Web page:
Lois Lerner, a central figure in the Internal Revenue Service’s tea party controversy, resigned Monday morning after an internal-
review board determined that she should be removed from the agency for “neglect of duties,” according to a statement from the top Democrat on the House Ways and Means Committee.
The IRS confirmed Lerner’s resignation but said it could not comment further because of federal privacy rules.
Lerner’s attorney did not respond to requests for comment Monday.
An inspector general’s audit found that the IRS had inappropriately targeted groups for extra scrutiny based on their political leanings, leading to congressional and Justice Department investigations and a leadership shake-up, including the forced resignation of former agency commissioner Steven Miller, and Lerner being placed on administrative leave.
Lerner, head of the IRS’s exempt-organizations division, invoked her Fifth Amendment right against self-incrimination when she appeared before a congressional panel in May. But she did tell the panel that she had not done anything wrong and had not broken any laws.
Democrats and Republicans alike had called for her removal.
“Lois Lerner is being held responsible for her gross mismanagement of the IRS tax-exempt division, which led to improper handling of applications for tax-exempt status,” Rep. Sander M. Levin (Mich.), the ranking Democrat on the House Ways and Means Committee, said in a statement Monday.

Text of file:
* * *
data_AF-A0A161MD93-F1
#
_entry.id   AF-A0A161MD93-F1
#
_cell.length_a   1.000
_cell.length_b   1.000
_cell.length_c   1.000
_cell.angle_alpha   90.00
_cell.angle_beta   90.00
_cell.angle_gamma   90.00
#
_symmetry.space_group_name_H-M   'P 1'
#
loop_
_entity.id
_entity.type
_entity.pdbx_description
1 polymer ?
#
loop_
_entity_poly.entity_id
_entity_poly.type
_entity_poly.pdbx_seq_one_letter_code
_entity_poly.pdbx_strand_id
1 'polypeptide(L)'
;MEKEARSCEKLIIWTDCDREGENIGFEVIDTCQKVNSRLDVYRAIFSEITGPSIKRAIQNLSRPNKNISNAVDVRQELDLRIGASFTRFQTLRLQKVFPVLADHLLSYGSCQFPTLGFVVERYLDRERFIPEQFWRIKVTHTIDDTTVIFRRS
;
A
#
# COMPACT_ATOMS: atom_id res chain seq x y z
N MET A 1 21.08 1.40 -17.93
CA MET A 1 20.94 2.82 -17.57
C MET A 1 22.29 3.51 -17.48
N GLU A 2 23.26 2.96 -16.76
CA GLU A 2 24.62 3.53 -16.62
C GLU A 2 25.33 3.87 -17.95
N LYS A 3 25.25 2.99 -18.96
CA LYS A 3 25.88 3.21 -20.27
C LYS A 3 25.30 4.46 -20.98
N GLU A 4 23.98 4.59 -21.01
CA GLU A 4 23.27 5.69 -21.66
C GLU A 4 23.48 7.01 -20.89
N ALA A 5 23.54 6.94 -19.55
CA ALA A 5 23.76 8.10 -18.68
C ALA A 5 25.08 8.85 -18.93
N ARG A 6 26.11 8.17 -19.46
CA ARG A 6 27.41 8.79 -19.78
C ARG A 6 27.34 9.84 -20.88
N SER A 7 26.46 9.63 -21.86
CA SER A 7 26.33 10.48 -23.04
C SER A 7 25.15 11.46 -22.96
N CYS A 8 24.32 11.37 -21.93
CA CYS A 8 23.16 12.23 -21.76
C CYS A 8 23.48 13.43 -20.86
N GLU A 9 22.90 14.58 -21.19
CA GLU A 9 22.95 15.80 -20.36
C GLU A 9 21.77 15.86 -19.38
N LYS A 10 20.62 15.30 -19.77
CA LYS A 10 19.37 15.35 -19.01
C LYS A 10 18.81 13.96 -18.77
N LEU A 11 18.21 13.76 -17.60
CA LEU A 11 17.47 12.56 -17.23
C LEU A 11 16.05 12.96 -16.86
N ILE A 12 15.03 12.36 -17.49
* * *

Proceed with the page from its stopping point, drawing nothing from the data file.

Lawmakers have disagreed over the implications of the IRS controversy and what to do next after numerous hearings.
GOP lawmakers have said that the IRS actions were politically motivated and aimed at conservatives during the 2010 and 2012 elections. Democrats say the problems resulted from poor management and confusion over how much political activity is acceptable for “social welfare” groups that apply for tax-exempt status.
Republicans on Monday said Lerner’s departure will not deter their investigations.
“Just because Lois Lerner is retiring from the IRS does not mean the investigation is over,” Sen. Orrin G. Hatch (Utah), the ranking Republican on the Senate Finance Committee, said in a statement.
House Oversight and Government Reform Committee Chairman Darrell Issa (R-Calif.) said key questions remain.
“We still don’t know why Lois Lerner, as a senior IRS official, had such a personal interest in directing scrutiny and why she denied improper conduct to Congress,” he said in a statement.
Levin noted that neither the inspector general nor the review board found conclusive evidence of politicalbias or willful misconduct by the IRS.
“The basic overreaching premise of the Republicans that the IRS had an ‘enemies list’ and was being influenced from the outside has been proven wrong again, as it has again and again,” he said, adding that GOP lawmakers should acknowledge IRS moves to address its missteps.
The IRS first acknowledged that it had targeted tea party groups when Lerner answered a planted question at a legal conference in May. Administration officials quickly said the actions were not politically motivated.